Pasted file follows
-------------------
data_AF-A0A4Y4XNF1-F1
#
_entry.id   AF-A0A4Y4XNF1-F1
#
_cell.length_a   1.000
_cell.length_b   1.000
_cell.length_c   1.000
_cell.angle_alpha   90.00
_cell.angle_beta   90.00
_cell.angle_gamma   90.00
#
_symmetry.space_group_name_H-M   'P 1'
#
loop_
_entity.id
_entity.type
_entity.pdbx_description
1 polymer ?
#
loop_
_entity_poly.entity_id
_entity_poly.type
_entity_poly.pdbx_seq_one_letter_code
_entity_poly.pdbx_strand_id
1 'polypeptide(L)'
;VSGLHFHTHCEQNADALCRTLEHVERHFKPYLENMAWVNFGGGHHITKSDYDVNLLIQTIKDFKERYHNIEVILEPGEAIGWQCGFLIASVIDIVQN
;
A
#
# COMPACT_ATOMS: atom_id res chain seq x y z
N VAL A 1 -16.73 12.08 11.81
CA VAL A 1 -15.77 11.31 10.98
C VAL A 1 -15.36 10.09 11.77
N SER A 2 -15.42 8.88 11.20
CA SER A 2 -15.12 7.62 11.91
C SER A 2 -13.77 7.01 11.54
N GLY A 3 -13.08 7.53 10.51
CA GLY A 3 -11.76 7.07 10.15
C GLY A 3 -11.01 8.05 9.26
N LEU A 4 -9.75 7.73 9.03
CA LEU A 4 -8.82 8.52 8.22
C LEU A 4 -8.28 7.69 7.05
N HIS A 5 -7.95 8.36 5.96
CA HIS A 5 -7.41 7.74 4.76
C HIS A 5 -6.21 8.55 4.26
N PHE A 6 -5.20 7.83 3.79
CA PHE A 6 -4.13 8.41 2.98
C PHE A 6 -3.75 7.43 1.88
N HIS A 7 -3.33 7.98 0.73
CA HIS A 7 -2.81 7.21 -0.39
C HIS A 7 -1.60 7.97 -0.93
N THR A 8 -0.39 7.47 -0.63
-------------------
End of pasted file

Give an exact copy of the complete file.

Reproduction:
data_AF-A0A4Y4XNF1-F1
#
_entry.id   AF-A0A4Y4XNF1-F1
#
_cell.length_a   1.000
_cell.length_b   1.000
_cell.length_c   1.000
_cell.angle_alpha   90.00
_cell.angle_beta   90.00
_cell.angle_gamma   90.00
#
_symmetry.space_group_name_H-M   'P 1'
#
loop_
_entity.id
_entity.type
_entity.pdbx_description
1 polymer ?
#
loop_
_entity_poly.entity_id
_entity_poly.type
_entity_poly.pdbx_seq_one_letter_code
_entity_poly.pdbx_strand_id
1 'polypeptide(L)'
;VSGLHFHTHCEQNADALCRTLEHVERHFKPYLENMAWVNFGGGHHITKSDYDVNLLIQTIKDFKERYHNIEVILEPGEAIGWQCGFLIASVIDIVQN
;
A
#
# COMPACT_ATOMS: atom_id res chain seq x y z
N VAL A 1 -16.73 12.08 11.81
CA VAL A 1 -15.77 11.31 10.98
C VAL A 1 -15.36 10.09 11.77
N SER A 2 -15.42 8.88 11.20
CA SER A 2 -15.12 7.62 11.91
C SER A 2 -13.77 7.01 11.54
N GLY A 3 -13.08 7.53 10.51
CA GLY A 3 -11.76 7.07 10.15
C GLY A 3 -11.01 8.05 9.26
N LEU A 4 -9.75 7.73 9.03
CA LEU A 4 -8.82 8.52 8.22
C LEU A 4 -8.28 7.69 7.05
N HIS A 5 -7.95 8.36 5.96
CA HIS A 5 -7.41 7.74 4.76
C HIS A 5 -6.21 8.55 4.26
N PHE A 6 -5.20 7.83 3.79
CA PHE A 6 -4.13 8.41 2.98
C PHE A 6 -3.75 7.43 1.88
N HIS A 7 -3.33 7.98 0.73
CA HIS A 7 -2.81 7.21 -0.39
C HIS A 7 -1.60 7.97 -0.93
N THR A 8 -0.39 7.47 -0.63